As a powerful candidate for a lithography technique that can accommodate the scaling-down of semiconductors, 193-nm immersion lithography-which realizes a high numerical aperture (NA) and uses deionized water as the medium between the lens and wafer in the exposure system-has been developing at a rapid pace and has reached the stage of practical application. In regards to defects that are a cause for concern in the case of 193-nm immersion lithography, however, many components are still unclear and many problems remain to be solved. It has been pointed out, for example, that in the case of 193-nm immersion lithography, immersion of the resist film in deionized water during exposure causes infiltration of moisture into the resist film, internal components of the resist dissolve into the deionized water, and residual water generated during exposure affects post-processing. Moreover, to prevent this influence of directly immersing the resist in de-ionized water, application of a protective film is regarded as effective. However, even if such a film is applied, it is still highly likely that the above-mentioned defects will still occur. Accordingly, to reduce these defects, it is essential to identify the typical defects occurring in 193-nm immersion lithography and to understand the condition for generation of defects by using some kinds of protective films and resist materials. Furthermore, from now onwards, with further scaling down of semiconductors, it is important to maintain a clear understanding of the relation between defect-generation conditions and critical dimensions (CD). Aiming to extract typical defects occurring in 193-nm immersion lithography, the authors carried out a comparative study with dry exposure lithography, thereby confirming several typical defects associated with immersion lithography. We then investigated the conditions for generation of defects in the case of some kinds of protective films. In addition to that, by investigating the defect-generation conditions and comparing the classification data between wet and dry exposure, we were able to determine the origin of each particular defect involved in immersion lithography. Furthermore, the comparison of CD for wet and dry processing could indicate the future defectivity levels to be expected with shrinking immersion process critical dimensions.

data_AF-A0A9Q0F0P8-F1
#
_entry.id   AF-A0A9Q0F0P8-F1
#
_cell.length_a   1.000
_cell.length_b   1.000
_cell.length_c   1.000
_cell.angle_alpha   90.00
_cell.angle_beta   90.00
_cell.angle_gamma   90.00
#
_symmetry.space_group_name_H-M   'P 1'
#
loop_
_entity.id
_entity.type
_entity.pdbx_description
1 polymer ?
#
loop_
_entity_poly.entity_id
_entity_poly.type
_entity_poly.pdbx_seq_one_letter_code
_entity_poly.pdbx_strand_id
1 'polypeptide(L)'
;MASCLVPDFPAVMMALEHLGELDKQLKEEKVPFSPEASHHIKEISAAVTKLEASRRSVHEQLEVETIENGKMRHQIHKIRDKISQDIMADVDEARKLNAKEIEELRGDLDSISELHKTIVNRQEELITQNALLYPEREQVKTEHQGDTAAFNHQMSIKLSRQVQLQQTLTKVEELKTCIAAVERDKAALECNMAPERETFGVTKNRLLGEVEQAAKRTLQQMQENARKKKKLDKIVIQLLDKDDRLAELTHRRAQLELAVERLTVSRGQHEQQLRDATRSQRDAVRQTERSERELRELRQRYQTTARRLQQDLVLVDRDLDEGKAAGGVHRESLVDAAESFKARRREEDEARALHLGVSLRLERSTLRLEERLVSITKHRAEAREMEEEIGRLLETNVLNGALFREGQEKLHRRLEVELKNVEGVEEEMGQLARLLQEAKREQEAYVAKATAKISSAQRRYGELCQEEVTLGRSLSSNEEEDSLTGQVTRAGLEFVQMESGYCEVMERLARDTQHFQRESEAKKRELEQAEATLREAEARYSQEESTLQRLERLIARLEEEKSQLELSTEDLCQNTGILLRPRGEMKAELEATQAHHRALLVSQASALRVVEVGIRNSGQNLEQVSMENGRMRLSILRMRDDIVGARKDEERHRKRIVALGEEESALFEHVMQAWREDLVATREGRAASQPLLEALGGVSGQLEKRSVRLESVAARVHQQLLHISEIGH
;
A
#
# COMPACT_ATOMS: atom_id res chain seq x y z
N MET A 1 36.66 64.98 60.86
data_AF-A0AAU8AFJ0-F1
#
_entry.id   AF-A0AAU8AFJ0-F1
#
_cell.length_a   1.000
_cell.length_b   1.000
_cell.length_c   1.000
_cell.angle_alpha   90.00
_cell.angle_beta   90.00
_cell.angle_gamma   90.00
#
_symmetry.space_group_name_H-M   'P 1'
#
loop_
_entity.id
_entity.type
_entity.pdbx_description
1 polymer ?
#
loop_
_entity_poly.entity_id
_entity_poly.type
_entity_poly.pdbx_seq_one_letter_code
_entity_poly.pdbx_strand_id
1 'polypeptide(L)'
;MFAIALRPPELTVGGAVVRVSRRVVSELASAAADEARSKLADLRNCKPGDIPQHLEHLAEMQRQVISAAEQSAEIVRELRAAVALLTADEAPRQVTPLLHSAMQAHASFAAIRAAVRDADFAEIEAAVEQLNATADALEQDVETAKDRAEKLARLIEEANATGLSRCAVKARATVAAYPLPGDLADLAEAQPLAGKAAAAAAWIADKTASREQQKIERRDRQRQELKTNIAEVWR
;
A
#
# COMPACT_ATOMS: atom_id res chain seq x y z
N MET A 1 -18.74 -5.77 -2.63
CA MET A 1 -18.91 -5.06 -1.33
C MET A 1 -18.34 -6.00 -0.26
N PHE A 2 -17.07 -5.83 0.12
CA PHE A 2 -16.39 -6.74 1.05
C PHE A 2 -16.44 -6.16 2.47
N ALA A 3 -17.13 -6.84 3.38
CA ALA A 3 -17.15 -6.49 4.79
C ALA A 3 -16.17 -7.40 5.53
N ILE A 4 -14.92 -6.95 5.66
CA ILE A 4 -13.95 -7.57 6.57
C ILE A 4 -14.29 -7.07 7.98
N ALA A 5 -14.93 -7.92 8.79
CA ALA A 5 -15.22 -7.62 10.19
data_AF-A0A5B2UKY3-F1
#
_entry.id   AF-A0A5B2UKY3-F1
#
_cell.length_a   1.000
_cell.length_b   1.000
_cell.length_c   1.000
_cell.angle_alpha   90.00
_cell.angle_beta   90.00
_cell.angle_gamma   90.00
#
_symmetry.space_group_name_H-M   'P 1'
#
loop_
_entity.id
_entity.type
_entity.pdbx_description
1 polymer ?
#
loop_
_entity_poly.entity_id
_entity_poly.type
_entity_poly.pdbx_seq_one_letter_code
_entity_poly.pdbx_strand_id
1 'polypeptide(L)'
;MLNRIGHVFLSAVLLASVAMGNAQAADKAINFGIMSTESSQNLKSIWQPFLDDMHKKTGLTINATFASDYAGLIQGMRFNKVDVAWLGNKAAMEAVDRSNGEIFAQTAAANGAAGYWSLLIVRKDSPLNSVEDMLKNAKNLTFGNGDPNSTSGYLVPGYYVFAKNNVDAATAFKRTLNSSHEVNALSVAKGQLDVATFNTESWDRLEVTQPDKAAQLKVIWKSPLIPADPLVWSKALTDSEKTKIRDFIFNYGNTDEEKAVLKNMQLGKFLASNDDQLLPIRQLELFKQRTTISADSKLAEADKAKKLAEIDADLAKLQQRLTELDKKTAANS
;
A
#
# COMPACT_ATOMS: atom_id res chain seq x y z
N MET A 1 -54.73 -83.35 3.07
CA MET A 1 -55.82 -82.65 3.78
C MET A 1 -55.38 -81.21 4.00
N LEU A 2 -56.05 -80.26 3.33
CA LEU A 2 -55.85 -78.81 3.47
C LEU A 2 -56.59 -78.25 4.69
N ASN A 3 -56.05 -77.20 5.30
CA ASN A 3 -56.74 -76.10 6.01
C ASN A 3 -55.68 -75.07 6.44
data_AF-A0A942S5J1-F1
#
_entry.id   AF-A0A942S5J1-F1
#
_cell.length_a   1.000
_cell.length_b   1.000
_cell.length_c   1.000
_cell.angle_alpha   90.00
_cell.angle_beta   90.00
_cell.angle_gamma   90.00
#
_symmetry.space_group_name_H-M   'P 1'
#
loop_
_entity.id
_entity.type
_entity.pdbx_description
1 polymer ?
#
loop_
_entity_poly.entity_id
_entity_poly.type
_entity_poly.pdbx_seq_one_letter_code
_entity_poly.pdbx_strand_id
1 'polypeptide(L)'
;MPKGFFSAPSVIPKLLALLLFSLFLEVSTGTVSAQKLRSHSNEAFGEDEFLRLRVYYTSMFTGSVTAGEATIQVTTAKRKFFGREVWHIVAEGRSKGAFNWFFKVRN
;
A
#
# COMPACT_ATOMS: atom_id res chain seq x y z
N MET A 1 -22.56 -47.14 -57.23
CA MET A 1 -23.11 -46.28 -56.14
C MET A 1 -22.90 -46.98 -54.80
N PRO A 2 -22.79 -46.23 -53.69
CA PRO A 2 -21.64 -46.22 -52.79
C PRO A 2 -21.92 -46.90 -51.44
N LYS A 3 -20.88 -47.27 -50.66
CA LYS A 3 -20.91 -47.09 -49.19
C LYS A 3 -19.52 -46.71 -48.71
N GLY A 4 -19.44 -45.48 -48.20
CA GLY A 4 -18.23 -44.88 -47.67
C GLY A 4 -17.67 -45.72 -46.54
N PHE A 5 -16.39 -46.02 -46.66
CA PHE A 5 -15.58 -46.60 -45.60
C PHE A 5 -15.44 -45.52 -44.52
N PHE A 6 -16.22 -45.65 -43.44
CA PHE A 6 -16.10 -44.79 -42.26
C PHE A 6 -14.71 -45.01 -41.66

193 nm lithography is one of the most promising technologies for next-generation lithography and is being actively evaluated for making it practicable <sup>(1,2)</sup>. First, we evaluated an immersion lithography tool (engineering evaluation tool (EET)) <sup>(3)</sup> and a dry lithography tool (S307E) with the same numerical aperture (NA = 0.85), manufactured by Nikon Corporation. As a result, an increase in the depth of focus (DOF) of the EET to 200 nm in comparison with the DOF (110 nm) of the dry exposure tool was confirmed in a 90 nm isolated space pattern. Next, the optical proximity effect (OPE) in this pattern was evaluated. Generally, when an immersion lithography tool is compared with a dry one with the same NA or both the tools, only an increase in the DOF is found. However, we confirmed that the OPE (The OPE of the 90 nm isolated space pattern is defined as the difference in the space width between a dense space and an isolated space.) of the dry exposure tool for the 90 nm isolated space pattern reduced from 33.1 nm to 14.1 nm by immersion lithography. As the effect of the reduction of 19 nm, the OPE reduced to 15.2 nm by the effect of the top coatings (TCs) and to 3.8 nm by the optical characteristics. An impact of about 5 nm on the OPE was confirmed by the process parameters-film thickness and the pre-bake temperature of the TC. In the case that the solvent was replaced with a high boiling point solvent, the impact changed from 5 to 20 nm further, the replacement of the solvent had a considerable impact on the OPE. However, this influence differs considerably according to the kind of resists; further, it was shown that the addition of acid materials and a change in the polymer base resulted in a high impact on the OPE for a certain resist. Thus, it was demonstrated that the selection of TC is very important for the OPE in immersion lithography.